Ever since the CSI TV series hit the airwaves, everyone knows that forensic doctors use high-tech tools in their criminal investigations and computers to reconstruct how the crime or accident happened. Less well-known, on the other hand, is that the University of Bern's Institute of Forensic Medicine actively pioneers innovations in forensics. Here in the "Virtopsy" laboratory, forensic autopsy techniques are undergoing further development. The coinage "virtopsy" stands for virtual autopsy and describes post-mortem examinations that are performed without cutting open the body of the deceased and solely on the basis of high definition magnetic resonance imagers (MRI) and computer tomography (CT).
A high-mobility industrial robot by the name of Virtobot records the contours of a cadaver under examination. Using computed tomography at the same time, forensic doctors are provided with a three-dimensional image and can conserve corpses digitally. Photo: Courtesy of the Swiss National Science Foundation.
Michael Thali and his team also use a specialised robot in their work. They call this forensic high-tech assistant Virtobot. In the Virtopsy laboratory, it projects a light bar onto the corpse being examined. The imaged body contours are recorded in high definition using a digital stereo camera. At the same time, the Virtobot images the texture of the skin.
"Then we harmonise these surface images with the three-dimensional CR data of the entire body", explained Lars Ebert, who programmed Virtobot as part of the National Centres of Competence in Research, Co-Me. Forensic doctors are thus provided with a high-precision, three-dimensional image of the body and can examine it on-screen from all angles, both externally and internally.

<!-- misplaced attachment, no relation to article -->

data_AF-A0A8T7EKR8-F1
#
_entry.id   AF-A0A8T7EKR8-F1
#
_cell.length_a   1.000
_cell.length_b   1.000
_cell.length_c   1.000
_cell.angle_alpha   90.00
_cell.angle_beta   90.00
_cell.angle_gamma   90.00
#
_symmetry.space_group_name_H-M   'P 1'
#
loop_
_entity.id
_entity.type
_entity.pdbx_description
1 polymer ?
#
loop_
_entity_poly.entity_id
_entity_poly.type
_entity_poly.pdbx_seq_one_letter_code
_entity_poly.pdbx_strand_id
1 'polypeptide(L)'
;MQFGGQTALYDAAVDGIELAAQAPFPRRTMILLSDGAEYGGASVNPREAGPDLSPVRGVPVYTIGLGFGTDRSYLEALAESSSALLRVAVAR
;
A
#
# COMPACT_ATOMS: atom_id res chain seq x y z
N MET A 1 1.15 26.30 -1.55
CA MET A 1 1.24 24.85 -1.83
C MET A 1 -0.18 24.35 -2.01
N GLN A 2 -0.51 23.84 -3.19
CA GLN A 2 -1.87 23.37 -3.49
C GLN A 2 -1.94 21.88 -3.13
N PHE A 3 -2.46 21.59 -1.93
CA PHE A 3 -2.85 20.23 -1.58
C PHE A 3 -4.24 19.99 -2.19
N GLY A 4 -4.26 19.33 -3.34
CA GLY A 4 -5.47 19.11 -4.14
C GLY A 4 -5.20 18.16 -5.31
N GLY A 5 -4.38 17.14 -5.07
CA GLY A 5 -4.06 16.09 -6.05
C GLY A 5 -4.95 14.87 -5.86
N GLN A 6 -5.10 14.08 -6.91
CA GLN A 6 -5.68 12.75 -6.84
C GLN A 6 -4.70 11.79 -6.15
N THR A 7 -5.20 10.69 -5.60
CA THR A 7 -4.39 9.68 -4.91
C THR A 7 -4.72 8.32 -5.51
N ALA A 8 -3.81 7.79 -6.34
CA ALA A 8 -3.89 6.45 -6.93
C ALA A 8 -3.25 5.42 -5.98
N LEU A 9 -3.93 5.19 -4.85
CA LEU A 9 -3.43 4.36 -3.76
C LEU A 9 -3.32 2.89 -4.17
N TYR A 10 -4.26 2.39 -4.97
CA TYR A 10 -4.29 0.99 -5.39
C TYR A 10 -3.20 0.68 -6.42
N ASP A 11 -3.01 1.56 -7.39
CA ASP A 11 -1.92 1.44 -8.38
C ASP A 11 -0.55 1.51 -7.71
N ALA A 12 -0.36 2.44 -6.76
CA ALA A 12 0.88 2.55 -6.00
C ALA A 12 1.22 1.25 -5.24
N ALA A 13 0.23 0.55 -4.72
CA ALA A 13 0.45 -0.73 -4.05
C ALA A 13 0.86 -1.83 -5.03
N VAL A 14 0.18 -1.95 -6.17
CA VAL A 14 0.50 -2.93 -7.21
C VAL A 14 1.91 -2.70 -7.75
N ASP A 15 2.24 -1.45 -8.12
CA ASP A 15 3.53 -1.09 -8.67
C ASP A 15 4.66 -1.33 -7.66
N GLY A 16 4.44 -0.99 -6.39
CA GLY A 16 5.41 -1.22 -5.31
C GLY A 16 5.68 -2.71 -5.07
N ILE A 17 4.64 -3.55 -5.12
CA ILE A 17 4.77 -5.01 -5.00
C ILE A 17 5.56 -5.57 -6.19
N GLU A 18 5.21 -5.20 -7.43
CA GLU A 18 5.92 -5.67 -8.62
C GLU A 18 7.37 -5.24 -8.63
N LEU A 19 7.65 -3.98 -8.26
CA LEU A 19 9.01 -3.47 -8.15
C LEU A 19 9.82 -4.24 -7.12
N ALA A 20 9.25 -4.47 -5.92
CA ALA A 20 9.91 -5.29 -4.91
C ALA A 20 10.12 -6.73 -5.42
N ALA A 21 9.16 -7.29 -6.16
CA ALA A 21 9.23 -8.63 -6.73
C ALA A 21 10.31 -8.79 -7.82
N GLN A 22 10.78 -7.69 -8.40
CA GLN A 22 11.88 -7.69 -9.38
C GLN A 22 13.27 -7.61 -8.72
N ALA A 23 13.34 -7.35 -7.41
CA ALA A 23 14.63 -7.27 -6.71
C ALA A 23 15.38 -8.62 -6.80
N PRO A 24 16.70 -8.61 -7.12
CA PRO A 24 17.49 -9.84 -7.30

This combination of medical imaging, surgical navigation and robotics means that for the first time ever cadavers can be digitally preserved and autopsies conducted again, even years later, for instance when new evidence is turned up in an unsolved case.
Digitally captured data have meanwhile been approved as evidence in the courts, but only when validated by a conventional autopsy. In view of the precision and efficiency of the virtual autopsy, Michael Thali is convinced that the future of forensic medicine belongs to the Virtobot.
The National Centres of Competence in Research "Co-Me - Computer-aided and Image-guided Medical Interventions" - aims to develop information technologies to improve medical interventions, which will benefit both individual patients and health care for society as a whole. In doing so, researchers focus on the development, integration and validation of technologies for computer-aided imaging systems which support the entire supply chain from diagnosis, therapy planning and simulation to the actual operation, post treatment, checks and documentation.